National Cancer Institute Home at the National Institutes of Health | www.cancer.gov
Please wait while this form is being loaded....

Publication Abstract

Authors: Duffy SW, Gabe R

Title: What should the detection rates of cancers be in breast screening programmes?

Journal: Br J Cancer 92(3):597-600

Date: 2005 Feb 14

Abstract: Minimum detection rates at screening are sometimes laid down as standards for breast cancer screening programmes, based on underlying incidence of the disease in the age group screened. Detection rates should also depend on desired sensitivity, mean sojourn time, interscreening interval and the screening round--that is, prevalent (first) or incident (second or subsequent). In this paper, we use these quantities to derive expected, minimum and maximum detection rates proportional to the underlying incidence as well as estimated underlying incidence rates from extrapolation of prescreening trends in England and Wales to derive alternative standard minimum, expected and maximum detection rates per 1000 women screened for the UK Breast Screening Programme, as follows: minimum detection rates should be 4.1 and 4.3 at prevalence screen and incidence screens, respectively; expected rates should be 6.9 and 4.8 and maximum rates of 9.6 and 5.5. These are consistent with observed detection rates in the UK programme.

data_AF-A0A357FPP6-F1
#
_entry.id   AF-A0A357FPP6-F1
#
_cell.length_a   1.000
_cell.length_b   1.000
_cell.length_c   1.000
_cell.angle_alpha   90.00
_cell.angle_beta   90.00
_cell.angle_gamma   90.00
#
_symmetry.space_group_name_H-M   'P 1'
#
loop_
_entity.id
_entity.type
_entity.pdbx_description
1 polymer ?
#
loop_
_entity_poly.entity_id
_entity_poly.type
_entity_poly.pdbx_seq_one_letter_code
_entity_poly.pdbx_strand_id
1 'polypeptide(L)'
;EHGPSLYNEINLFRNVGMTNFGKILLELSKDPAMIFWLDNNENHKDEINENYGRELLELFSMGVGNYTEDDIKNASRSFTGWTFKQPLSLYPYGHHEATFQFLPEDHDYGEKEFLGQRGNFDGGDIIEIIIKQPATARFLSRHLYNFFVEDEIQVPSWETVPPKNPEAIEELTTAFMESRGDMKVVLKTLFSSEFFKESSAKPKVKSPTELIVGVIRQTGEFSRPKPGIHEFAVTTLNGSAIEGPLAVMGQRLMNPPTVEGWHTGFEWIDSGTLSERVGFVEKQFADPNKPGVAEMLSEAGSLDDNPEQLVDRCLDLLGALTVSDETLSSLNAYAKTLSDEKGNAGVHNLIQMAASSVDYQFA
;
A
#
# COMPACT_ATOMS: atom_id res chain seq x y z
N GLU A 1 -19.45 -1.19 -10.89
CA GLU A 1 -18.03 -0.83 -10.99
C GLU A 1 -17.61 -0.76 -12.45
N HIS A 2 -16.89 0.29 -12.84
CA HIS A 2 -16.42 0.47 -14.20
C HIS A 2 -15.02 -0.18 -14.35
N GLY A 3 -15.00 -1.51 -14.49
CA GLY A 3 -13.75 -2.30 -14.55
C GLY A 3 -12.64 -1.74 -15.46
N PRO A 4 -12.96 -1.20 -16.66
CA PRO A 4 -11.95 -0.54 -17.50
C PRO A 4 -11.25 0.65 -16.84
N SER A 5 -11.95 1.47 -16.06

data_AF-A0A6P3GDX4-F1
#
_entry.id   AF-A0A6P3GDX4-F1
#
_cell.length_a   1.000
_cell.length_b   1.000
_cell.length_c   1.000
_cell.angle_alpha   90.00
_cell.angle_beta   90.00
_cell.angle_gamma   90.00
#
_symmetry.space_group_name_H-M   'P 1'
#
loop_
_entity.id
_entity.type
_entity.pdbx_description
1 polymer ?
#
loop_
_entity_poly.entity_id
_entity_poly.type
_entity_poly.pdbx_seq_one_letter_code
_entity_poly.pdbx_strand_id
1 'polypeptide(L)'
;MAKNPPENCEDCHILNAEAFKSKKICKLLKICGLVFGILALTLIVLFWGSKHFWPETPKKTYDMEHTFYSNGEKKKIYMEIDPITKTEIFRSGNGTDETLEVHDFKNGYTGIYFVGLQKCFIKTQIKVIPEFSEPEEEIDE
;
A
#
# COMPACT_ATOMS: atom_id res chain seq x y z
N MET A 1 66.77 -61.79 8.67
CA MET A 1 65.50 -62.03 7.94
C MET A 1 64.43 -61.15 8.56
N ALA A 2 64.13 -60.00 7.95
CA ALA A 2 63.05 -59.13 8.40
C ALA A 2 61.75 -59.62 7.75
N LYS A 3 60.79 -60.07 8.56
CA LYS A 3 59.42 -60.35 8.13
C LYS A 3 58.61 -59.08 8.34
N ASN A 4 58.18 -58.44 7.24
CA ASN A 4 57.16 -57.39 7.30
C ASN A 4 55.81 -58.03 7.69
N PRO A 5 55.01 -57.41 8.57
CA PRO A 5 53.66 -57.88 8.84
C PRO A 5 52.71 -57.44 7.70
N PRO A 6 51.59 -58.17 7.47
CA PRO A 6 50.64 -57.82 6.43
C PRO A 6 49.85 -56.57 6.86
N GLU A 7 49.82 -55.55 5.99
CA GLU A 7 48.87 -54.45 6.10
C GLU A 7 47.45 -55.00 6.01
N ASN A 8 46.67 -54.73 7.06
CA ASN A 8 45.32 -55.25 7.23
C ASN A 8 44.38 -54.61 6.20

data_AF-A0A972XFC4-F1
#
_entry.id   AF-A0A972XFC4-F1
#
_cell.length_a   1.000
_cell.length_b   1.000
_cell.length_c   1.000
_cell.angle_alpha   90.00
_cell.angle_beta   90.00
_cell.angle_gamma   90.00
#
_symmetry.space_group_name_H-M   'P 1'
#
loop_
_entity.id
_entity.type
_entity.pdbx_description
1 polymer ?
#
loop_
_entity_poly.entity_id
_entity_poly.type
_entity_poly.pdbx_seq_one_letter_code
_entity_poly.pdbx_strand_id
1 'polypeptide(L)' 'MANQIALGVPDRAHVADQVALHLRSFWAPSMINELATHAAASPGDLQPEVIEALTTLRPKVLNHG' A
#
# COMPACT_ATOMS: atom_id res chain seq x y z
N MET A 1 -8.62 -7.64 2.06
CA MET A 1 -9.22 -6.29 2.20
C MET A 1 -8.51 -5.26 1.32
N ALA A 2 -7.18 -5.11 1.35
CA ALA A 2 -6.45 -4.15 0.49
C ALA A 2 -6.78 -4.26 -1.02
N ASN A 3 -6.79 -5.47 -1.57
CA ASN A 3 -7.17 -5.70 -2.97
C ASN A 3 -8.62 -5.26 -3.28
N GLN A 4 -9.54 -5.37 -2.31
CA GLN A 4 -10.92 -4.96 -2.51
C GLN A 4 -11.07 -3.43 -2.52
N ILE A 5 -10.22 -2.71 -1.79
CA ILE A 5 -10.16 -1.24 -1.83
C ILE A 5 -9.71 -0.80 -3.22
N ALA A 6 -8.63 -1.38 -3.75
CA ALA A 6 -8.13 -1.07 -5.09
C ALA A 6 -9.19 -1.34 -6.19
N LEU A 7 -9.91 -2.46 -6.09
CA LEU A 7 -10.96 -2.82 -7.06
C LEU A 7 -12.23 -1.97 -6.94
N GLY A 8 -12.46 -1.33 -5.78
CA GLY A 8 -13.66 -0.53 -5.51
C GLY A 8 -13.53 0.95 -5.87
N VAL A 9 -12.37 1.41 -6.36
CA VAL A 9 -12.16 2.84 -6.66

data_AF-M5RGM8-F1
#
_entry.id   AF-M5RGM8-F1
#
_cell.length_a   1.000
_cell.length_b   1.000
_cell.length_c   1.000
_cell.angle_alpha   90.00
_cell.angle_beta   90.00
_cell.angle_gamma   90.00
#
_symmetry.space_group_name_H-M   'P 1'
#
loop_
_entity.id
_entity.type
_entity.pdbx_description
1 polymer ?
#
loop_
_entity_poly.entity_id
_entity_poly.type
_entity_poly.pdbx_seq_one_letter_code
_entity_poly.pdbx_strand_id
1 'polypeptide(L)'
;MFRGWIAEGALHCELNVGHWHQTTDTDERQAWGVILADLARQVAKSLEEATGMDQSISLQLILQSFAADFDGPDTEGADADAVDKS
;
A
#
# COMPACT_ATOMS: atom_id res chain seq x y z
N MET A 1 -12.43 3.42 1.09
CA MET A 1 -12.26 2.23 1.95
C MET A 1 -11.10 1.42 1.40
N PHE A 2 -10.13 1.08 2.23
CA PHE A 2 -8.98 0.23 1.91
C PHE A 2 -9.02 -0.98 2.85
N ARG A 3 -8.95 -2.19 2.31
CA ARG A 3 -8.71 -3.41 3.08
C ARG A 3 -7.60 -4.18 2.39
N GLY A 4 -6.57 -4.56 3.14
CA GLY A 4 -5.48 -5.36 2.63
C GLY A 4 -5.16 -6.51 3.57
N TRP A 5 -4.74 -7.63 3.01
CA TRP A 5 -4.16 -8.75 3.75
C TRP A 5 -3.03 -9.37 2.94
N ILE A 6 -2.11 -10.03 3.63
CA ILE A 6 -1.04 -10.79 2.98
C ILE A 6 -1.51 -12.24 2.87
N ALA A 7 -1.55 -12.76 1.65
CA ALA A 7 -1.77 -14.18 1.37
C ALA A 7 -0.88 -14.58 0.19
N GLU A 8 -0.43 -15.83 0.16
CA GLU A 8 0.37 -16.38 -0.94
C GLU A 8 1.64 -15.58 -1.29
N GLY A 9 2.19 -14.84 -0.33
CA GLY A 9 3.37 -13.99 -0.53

Last Modified: 03 Sep 2013